Robbie Tinsley: Warning bells need to be heard, heeded by Tigers
|Tuesday, September 26, 2017 7:01 AM- -|
Yes, all wins look the same in the standings.
Yes, 27-point conference wins are meant to be savored, rather than critiqued. And yet, after Clemson’s 34-7 win over Boston College on Saturday, there are warning bells that the defending champions need to hear. Because for the first time this year, quarterback Kelly Bryant’s limitations in the passing game, were brought to the forefront by an opposing defense. Because for the four rushing touchdowns in the fourth quarter, the offensive line struggled to give Bryant adequate time to throw, especially against the blitz. Lastly — and perhaps mostly — because what separated the 2015 runners-up from the 2016 champions, was the ability to heed those warning bells.
Yes, 27-point conference wins are meant to be savored, rather than critiqued.
And yet, after Clemson’s 34-7 win over Boston College on Saturday, there are warning bells that the defending champions need to hear.
Because for the first time this year, quarterback Kelly Bryant’s limitations in the passing game, were brought to the forefront by an opposing defense.
Because for the four rushing touchdowns in the fourth quarter, the offensive line struggled to give Bryant adequate time to throw, especially against the blitz.
Lastly — and perhaps mostly — because what separated the 2015 runners-up from the 2016 champions, was the ability to heed those warning bells.
Granted, it was easier for Dabo Swinney’s 2016 team to take a moment to reflect on their issues during the regular season — losses tend to be better at making you focus on what you’re doing wrong than wins. It’s fair to say the best thing that could’ve happened to last year’s Tigers was the gut-wrenching loss to Pitt on a last-second field goal in mid-November.
In a previous version of the college football postseason, it may have been a death-blow to the Tigers’ title hopes. In this current College Football Playoff, it was a blessing delivered by the Panthers — and the Iowa Hawkeyes and USC Trojans, who dealt losses to playoff hopefuls Michigan and Washington later on that same November night.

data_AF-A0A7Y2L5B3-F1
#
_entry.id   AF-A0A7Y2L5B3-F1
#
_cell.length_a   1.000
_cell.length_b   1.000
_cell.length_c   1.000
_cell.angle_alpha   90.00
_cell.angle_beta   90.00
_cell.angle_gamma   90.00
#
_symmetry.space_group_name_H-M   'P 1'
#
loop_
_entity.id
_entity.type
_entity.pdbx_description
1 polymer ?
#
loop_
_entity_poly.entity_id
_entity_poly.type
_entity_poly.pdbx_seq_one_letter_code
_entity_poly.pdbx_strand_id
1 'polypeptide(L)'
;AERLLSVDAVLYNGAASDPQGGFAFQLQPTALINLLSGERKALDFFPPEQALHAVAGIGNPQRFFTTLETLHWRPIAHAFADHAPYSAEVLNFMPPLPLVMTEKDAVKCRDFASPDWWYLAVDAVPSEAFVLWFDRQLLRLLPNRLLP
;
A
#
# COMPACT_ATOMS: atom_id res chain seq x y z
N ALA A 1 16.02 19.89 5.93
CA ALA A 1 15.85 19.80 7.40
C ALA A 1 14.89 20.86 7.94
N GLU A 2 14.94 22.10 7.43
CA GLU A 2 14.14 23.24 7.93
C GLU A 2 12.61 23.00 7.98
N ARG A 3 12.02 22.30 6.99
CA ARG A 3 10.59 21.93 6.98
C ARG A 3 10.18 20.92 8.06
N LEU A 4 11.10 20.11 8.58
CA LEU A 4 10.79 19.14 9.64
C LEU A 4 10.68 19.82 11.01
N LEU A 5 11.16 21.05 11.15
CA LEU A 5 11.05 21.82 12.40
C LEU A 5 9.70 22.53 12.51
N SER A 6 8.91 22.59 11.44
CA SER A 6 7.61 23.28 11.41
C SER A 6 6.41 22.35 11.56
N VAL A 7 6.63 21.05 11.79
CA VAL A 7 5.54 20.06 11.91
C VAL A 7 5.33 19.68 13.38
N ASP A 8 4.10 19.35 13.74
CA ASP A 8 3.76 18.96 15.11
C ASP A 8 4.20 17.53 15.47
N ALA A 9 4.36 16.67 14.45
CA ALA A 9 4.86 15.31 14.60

The warning from the Panthers’ came in loud and clear: you can’t keep losing the turnover battle and expect someone not to punish you.
For all of Deshaun Watson’s wondrous abilities, he forced far too many throws during the majority of his junior campaign. Never was that more evident than during the Tigers’ loss to Pitt, as Watson threw three interceptions — two in the red zone — including one on the goal-line that elicited a titanic momentum shift in the fourth quarter that ended with Chris Blewitt’s 48-yard game-winning field goal.
Watson had displayed similar issues during wins against Louisville, N.C. State and Florida State, but after the loss to Pitt, he didn’t force as many passes during the memorable stretch run, and the rest, as they say, is history.
The year prior, the Tigers’ inability to defend against the deep pass and inadequacies on kick return defense were well documented going into the national championship game, and yet Alabama was able to take advantage of those weaknesses en route to the 45-40 victory for the Crimson Tide. That Clemson team didn’t get a chance to learn from its only loss of the season.
Again, as the lede sentences suggested, we’re talking about a 27-point win in conference play against a team that — despite all of its faults — is driven by its toughness and its ability to make you make plays to beat them. After giving up countless big plays in a loss to Notre Dame last week, Boston College was able to keep a lid on the Tigers’ offense — well for three quarters anyway — and take advantage of the superior field position to ensure Bryant had to go nearly the length of the field if he wanted to find the end zone.
However, there’s a reason the fine folks in the Nevada desert saw fit to make the Tigers a 34-point favorite against the 1-2 Eagles on Saturday. There are vastly superior teams on Clemson’s schedule the rest of the way, starting with No. 12 Virginia Tech on Saturday night in Blacksburg, Va.
The questions have been asked, and it’s now up to a coaching staff that’s done nothing but build teams who are built to provide answers to such questions.
Co-offensive coordinators Tony Elliott and Jeff Scott moved to 32-2 since their promotions to their current roles in December 2014. They’re well aware that their offense picked up 27 first downs on Saturday —19 on the ground and eight through the air. They see that their offensive line is much more comfortable opening up holes than providing a pocket for Bryant to stand in — or run out of. And they see that they have a freshman running back in Travis Etienne with an uncanny ability to shed tackles and make defenders disappear into his rear-view mirror, to go along with a pair of sturdy between-the-tackles running backs in Tavien Feaster and Adam Choice.
This is an offense that has the ability to run to set up the pass after a few years of being just the opposite. It’ll play into the strengths of its mobile and downfield-oriented quarterback, its deep running back core, its big-play-threat wide receivers, its run-block-comfortable offensive line and its tenaciously stingy defense.
This team is built to make a run.
And it’s ready to run.
Robbie Tinsley is a lapsed sports writer, currently residing in Cambridge, Mass.